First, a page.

Perhaps it’s because summer is now officially here and everyone wants to go skipping hand-in-hand through sun-drenched meadows, or that FISD’s Tom Davin is the latest inductee into the Inside Market Data Hall of Fame, or perhaps there’s another dynamic at work: industry participants who (sometimes fiercely) sit on opposite sides of the table seem more willing to reach across the table and—instead of saying “What can you do for me?”—ask “What can I do for you?” or even better, “What can we do to help each other?”
At the North American Financial Information Summit last week, panelists expressed a distinct preference for collaboration rather than combat. For example, whereas in the past, data managers would describe their efforts to keep vendor representatives away from direct contact with end-users, some firms are now inviting vendors into their offices to help communicate the complexities and restrictions of their data usage policies.
On one panel, Mark Januszka, Americas regional head of global data services at HSBC Securities, explained how HSBC is collaborating with vendors to ensure they are both “working from the same user list”—i.e., ensuring both parties have a consistent and up-to-date list of who should be using data services, to minimize any usage reporting errors—while Kevin Green, head of global market data at York Capital Management, said that helping developers who aren’t licensing experts to understand what data they can use is an example of “where vendors can come in and advise on best practices.”
Another panel stressed the importance of collaboration with vendors to get the most bang for the buck and leverage existing relationships to include new services, and when data sources make policy changes, so user firms can properly implement those changes in a timely manner. “It’s like a marriage—we all need to be happy for this to work,” said Meltem Kilicoglu, head of market data business advisory compliance for market data services at Wells Fargo.
Meanwhile, industry participants are being forced to collaborate on compliance with the BCBS 239 risk data regulation from the Bank for International Settlements’ Basel Committee, where panelists said the guideline-like nature of the regulation—rather than being specifically prescriptive in its approach—has left the industry to work together to define how it should be applied.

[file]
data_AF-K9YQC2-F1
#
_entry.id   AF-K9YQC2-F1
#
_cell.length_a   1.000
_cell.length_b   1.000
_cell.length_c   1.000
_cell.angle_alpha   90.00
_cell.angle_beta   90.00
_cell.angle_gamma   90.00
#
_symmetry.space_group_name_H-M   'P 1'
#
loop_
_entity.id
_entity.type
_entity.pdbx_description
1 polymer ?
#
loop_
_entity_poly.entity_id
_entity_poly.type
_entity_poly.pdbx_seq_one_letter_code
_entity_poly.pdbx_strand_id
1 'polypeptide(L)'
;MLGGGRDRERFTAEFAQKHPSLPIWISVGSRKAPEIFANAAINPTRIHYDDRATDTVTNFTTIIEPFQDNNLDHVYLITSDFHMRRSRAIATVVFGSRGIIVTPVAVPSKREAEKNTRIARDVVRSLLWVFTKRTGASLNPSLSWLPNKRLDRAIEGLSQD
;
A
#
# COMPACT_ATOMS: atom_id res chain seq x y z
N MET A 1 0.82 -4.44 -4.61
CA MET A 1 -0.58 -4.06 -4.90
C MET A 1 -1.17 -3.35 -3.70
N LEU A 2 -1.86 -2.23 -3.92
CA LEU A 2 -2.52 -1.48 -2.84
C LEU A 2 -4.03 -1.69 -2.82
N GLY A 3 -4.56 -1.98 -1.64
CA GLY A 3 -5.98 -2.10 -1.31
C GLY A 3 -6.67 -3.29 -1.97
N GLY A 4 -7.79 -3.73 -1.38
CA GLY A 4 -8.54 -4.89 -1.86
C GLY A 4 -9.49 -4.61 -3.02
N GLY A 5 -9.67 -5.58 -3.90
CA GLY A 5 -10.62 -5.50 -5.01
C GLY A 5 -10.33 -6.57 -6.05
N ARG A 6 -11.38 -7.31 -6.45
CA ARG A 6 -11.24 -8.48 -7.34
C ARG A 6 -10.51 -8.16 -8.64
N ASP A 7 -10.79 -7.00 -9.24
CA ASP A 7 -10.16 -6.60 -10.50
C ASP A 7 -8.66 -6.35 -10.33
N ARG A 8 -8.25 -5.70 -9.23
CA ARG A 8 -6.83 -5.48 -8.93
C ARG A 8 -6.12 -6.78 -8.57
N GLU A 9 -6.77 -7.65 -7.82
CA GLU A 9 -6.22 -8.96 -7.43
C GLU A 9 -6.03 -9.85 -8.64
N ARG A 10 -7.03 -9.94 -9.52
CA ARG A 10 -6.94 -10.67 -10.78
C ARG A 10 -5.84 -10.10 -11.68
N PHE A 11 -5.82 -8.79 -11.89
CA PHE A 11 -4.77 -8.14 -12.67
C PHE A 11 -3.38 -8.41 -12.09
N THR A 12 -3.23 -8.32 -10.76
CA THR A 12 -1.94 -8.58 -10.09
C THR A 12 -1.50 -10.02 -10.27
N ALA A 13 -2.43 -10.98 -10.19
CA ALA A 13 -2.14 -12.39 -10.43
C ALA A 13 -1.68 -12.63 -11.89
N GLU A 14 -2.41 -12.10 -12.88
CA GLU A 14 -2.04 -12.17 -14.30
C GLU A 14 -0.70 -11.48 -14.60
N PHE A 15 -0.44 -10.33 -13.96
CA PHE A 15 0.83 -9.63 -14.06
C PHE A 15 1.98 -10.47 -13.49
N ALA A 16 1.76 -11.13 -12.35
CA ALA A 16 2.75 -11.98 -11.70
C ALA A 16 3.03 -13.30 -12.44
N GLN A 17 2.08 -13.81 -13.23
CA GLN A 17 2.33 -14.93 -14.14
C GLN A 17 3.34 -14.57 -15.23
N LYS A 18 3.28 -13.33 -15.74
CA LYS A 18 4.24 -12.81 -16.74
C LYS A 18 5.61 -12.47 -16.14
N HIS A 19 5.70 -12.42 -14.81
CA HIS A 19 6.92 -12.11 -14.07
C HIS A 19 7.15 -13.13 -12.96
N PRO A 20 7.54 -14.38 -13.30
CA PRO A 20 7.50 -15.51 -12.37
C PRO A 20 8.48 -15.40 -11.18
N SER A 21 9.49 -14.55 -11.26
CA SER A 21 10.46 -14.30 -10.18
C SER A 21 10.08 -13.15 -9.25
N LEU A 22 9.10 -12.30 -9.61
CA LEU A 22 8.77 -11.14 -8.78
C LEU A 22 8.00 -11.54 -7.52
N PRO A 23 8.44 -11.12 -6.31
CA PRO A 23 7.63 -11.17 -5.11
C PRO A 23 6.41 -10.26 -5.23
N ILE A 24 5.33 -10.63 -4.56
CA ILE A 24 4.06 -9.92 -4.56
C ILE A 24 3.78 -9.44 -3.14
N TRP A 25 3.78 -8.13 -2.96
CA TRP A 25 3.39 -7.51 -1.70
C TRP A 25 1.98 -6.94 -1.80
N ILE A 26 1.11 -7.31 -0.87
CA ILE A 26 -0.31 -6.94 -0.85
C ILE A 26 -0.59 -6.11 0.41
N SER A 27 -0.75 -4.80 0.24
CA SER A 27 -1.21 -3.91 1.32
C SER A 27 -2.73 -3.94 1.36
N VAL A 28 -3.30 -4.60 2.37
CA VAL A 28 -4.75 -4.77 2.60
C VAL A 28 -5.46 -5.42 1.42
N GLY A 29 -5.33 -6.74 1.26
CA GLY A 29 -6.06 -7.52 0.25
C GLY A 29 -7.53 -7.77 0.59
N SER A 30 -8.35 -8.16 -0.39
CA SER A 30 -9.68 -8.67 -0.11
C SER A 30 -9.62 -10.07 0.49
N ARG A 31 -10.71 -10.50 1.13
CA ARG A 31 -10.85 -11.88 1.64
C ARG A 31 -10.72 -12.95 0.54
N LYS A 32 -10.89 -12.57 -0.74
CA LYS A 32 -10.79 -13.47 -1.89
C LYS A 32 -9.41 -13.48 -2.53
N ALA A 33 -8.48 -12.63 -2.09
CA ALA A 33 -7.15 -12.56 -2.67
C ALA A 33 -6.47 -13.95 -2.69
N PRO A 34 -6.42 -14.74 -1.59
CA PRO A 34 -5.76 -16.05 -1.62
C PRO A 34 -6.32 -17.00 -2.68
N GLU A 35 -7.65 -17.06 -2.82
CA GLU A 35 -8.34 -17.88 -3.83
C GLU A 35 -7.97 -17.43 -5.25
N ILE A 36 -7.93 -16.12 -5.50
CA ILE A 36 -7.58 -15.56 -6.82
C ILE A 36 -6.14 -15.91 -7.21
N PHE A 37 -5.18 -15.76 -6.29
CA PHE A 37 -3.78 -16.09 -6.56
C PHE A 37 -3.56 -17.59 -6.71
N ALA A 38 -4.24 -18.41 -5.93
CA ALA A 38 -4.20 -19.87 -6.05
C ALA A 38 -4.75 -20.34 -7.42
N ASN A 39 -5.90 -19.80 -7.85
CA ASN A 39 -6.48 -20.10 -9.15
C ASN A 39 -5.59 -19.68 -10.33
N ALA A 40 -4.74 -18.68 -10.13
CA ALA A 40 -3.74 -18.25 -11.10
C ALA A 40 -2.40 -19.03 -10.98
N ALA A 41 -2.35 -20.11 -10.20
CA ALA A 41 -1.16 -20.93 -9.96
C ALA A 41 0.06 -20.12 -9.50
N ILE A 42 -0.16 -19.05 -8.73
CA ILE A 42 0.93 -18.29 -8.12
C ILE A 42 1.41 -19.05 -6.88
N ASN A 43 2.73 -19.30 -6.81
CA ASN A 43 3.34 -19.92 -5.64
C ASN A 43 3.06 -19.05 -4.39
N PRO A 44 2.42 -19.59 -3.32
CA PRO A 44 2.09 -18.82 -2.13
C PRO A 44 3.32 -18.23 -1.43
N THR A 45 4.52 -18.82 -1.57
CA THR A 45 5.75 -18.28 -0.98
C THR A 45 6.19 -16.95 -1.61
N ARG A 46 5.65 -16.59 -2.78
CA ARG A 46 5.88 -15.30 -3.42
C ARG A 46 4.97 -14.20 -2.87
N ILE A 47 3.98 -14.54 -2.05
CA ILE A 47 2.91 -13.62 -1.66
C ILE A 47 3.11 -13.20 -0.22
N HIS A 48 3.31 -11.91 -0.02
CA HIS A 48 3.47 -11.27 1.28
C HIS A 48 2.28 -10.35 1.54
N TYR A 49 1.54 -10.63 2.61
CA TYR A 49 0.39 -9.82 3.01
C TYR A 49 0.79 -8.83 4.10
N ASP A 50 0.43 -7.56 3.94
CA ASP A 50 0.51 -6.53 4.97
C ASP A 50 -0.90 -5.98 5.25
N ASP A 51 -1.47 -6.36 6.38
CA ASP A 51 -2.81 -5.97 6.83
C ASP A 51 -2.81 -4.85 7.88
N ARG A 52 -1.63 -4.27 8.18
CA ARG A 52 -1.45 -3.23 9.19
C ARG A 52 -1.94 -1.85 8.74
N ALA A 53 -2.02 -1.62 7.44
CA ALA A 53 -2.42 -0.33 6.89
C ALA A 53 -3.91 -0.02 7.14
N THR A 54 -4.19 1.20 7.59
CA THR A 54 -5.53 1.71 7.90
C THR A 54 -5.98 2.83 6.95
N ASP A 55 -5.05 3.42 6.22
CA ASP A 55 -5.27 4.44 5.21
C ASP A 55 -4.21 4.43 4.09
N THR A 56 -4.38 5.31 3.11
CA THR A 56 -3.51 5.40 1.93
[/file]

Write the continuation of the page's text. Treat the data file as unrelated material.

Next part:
Sometimes cross-industry participation can fail spectacularly or stall, even with the best efforts of many involved, resulting in frustrated regulators then imposing heavy-handed, mandated rules. Or, in other circumstances, an industry can be cajoled to work together successfully, such as data industry association FISD, whose managing director Tom Davin is the latest inductee into the Inside Market Data Hall of Fame in recognition of his work there over a decade to bring the industry together—something he achieved by building a bigger membership base, establishing more frequent and further-afield events to capture local participation, and by establishing FISD’s Financial Information Associate certification program, which the body is now expanding with additional specialist certification areas.
And as a final example of collaboration at work, London-based market data consultancy and IT support provider CJC—which is currently preparing to roll out a Big Data Analytics platform—deserves a mention for winning our “Above & Beyond” Award for its fundraising efforts on behalf of the Comic Relief charity. Though the amount raised pales in comparison to that of charity days organized by interdealer brokers Icap and BGC Partners, the per-capita amount based on company headcount—and the fact that CJC used it as a team-building exercise for staff spread around the world in Hong Kong, London and New York—made the effort particularly impressive.
So if you have a similar effort that you’re particularly proud of, why not let us know—who knows, your collaboration could make you a contender for next year’s awards.
Anthony and James look at developments pertaining to the Consolidated Audit Trail and wonder if big-tech companies could challenge traditional asset managers.Subscribe to Weekly Wrap emails
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